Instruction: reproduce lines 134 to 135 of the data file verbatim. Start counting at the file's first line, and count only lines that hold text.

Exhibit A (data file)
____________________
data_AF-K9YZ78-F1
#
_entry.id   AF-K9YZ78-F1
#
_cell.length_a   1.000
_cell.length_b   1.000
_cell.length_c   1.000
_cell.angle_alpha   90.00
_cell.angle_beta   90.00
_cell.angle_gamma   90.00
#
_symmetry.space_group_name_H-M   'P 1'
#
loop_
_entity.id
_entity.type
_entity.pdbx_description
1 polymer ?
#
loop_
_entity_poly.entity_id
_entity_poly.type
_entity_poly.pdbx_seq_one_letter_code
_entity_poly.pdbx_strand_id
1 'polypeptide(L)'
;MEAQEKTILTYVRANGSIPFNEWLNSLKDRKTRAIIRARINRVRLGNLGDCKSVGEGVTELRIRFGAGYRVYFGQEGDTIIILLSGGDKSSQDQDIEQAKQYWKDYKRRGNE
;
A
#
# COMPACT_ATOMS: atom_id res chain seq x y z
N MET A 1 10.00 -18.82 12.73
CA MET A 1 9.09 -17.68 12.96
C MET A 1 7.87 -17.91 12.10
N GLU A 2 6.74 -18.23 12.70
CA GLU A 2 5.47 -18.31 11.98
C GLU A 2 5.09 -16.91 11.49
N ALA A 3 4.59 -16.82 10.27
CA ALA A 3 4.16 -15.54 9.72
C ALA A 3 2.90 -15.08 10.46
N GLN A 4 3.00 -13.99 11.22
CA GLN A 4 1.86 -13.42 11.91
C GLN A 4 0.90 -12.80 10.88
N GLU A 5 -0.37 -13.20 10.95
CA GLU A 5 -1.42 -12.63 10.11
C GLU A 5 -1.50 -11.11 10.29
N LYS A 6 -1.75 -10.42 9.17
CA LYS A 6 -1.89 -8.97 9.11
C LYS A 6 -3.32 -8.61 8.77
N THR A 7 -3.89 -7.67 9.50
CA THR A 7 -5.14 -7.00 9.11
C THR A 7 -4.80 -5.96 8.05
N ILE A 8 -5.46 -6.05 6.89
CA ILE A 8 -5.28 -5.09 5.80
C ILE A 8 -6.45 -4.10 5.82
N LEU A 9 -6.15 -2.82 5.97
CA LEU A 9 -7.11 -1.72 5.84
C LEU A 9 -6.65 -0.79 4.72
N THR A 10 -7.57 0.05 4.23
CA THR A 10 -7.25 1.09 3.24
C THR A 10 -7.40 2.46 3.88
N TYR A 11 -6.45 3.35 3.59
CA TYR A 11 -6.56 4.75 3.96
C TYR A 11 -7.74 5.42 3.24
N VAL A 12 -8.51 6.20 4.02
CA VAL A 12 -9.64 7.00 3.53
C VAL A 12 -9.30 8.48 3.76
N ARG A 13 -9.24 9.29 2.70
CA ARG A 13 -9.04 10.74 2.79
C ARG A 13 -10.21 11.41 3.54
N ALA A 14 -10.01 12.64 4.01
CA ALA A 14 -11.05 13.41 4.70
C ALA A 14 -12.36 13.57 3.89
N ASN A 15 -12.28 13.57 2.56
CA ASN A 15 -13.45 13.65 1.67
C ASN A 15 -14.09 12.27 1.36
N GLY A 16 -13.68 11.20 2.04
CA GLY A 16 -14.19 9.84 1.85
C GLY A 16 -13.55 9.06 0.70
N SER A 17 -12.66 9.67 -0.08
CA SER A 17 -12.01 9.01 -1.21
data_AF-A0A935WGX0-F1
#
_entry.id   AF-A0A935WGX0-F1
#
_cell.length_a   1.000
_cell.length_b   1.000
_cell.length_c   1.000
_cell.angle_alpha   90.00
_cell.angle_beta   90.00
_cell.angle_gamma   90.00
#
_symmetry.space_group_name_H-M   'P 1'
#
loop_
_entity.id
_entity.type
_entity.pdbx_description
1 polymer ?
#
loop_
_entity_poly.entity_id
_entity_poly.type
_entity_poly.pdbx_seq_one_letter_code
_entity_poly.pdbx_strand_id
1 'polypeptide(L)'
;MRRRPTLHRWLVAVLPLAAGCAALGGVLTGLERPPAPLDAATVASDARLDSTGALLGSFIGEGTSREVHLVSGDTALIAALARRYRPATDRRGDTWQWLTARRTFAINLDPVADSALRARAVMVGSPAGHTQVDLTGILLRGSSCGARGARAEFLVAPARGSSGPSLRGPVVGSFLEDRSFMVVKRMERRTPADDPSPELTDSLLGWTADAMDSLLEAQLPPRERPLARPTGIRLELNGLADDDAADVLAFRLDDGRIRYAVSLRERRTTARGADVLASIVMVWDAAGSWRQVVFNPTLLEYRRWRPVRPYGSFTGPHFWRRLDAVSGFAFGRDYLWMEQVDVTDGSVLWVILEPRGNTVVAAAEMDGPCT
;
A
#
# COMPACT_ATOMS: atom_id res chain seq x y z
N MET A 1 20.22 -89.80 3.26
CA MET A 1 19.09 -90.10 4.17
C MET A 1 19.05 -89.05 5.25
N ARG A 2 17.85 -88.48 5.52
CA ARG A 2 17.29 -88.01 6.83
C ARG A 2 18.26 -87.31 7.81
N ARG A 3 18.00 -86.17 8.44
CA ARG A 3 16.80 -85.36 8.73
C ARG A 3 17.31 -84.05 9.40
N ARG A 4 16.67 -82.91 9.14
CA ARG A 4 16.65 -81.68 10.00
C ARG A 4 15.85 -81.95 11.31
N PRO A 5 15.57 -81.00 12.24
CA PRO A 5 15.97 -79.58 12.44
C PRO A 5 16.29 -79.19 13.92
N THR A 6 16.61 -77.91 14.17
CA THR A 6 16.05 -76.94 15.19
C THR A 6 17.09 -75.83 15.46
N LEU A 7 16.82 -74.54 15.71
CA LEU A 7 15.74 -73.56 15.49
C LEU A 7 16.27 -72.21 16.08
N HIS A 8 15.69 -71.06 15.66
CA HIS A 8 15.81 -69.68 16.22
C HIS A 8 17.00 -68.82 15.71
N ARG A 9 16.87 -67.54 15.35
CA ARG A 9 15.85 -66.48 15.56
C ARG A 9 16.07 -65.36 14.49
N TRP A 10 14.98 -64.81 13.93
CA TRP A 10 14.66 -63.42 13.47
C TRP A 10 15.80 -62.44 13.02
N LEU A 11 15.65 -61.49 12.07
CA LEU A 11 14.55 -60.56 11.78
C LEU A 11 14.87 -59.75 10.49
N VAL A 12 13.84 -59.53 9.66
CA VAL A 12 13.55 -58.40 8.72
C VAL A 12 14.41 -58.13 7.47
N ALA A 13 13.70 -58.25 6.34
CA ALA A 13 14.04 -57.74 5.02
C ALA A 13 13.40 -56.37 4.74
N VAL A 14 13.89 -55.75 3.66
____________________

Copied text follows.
C HIS A 8 17.00 -68.82 15.71
N ARG A 9 16.87 -67.54 15.35